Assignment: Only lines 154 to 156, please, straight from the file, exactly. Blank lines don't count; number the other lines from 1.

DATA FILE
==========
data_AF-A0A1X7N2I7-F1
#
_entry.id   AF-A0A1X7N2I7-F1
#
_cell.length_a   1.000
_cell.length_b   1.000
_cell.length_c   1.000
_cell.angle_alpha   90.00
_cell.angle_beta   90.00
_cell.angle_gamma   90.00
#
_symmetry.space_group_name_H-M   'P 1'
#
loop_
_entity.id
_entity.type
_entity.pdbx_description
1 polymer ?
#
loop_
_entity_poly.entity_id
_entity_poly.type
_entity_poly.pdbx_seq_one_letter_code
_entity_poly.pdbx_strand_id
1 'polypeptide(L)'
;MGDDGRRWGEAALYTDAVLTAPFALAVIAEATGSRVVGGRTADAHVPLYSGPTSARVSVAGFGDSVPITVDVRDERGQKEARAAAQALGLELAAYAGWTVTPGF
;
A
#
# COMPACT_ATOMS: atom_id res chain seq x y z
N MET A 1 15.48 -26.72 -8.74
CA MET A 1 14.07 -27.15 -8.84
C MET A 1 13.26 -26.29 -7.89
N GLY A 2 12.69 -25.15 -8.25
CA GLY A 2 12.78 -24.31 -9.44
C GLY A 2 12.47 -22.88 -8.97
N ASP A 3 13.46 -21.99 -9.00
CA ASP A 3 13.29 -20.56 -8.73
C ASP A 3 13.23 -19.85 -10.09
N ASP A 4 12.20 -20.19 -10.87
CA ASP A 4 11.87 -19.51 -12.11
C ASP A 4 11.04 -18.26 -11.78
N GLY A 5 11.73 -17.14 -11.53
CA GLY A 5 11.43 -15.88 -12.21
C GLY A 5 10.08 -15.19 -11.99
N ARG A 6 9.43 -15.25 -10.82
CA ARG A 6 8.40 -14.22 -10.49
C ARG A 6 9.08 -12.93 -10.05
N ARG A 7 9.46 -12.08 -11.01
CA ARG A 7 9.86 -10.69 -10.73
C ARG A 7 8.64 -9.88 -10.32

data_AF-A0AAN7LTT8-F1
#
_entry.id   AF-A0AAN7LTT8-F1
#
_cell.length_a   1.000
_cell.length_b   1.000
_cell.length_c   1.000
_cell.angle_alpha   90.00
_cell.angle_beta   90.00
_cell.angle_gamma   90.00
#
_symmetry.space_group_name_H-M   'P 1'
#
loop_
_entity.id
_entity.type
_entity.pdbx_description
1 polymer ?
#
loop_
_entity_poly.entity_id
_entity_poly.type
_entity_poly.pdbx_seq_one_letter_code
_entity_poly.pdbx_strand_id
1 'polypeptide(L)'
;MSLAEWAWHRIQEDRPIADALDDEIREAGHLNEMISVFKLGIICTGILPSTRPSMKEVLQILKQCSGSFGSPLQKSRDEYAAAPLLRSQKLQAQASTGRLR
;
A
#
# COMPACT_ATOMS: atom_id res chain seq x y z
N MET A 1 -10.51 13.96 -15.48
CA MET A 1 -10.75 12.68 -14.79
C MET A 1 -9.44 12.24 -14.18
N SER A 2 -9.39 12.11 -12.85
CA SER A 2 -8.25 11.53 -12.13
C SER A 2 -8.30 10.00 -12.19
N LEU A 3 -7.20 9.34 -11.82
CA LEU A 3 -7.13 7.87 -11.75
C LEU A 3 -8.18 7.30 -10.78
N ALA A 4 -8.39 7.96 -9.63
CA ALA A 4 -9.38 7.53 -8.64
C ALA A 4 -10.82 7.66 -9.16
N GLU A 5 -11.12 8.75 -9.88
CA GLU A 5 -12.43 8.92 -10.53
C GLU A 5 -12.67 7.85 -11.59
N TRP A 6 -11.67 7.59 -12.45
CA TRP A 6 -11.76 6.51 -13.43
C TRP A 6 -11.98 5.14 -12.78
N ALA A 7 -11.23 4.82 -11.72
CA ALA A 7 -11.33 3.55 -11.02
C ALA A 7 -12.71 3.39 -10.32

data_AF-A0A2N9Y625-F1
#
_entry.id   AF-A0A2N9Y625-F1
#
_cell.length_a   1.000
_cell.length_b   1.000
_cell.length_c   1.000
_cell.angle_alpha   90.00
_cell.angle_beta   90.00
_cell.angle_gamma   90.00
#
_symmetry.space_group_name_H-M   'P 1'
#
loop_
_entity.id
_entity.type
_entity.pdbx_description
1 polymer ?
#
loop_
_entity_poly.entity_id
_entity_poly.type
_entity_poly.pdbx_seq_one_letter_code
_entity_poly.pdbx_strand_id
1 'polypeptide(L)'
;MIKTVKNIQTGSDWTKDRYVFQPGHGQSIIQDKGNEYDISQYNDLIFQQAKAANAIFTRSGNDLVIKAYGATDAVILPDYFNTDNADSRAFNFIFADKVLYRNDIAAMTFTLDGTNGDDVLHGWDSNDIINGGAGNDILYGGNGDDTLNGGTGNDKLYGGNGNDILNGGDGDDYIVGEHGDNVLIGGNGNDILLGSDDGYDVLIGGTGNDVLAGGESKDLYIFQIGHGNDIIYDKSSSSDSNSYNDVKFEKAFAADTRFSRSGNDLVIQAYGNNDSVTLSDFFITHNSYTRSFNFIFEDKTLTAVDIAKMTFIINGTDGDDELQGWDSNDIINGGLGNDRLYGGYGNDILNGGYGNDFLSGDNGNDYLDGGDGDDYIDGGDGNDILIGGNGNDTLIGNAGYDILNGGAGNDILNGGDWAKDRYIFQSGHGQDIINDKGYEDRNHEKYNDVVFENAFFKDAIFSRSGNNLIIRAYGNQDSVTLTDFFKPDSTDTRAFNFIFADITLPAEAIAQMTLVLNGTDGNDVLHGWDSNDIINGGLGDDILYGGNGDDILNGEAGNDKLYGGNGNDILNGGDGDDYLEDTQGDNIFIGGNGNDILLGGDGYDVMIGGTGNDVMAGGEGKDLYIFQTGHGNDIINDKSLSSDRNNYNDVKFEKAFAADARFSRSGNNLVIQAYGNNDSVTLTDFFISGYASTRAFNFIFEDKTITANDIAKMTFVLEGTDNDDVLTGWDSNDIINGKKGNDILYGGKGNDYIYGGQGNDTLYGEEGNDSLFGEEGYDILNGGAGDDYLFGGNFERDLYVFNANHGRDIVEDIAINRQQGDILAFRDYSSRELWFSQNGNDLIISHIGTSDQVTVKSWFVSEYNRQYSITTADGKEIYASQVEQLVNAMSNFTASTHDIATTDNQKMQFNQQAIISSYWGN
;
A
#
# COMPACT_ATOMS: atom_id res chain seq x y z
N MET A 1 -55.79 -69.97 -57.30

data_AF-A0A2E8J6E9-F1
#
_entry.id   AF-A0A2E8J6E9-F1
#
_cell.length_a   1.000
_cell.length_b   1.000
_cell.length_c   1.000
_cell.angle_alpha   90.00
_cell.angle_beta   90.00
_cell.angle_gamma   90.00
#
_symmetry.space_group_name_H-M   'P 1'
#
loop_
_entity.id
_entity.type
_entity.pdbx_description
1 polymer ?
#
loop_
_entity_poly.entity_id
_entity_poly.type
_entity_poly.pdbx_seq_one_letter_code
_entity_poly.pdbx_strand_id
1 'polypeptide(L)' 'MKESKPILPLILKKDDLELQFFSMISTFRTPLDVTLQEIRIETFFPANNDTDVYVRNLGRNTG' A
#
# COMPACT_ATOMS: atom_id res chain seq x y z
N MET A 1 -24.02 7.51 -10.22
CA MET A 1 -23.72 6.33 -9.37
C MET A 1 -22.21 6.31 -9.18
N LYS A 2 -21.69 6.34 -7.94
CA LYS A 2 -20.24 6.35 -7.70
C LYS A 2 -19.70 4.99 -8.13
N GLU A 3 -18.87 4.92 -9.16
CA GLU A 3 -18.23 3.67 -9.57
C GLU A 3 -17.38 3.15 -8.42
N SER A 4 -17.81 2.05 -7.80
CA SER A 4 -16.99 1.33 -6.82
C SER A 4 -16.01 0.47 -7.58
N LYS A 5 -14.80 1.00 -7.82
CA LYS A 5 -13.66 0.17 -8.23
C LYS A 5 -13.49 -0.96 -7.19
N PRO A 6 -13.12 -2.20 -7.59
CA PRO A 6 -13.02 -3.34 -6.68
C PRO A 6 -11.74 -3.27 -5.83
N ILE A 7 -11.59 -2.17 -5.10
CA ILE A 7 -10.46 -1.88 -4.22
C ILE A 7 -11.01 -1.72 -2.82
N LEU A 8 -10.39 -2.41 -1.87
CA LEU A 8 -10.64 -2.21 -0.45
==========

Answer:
_entity_poly.entity_id
_entity_poly.type
_entity_poly.pdbx_seq_one_letter_code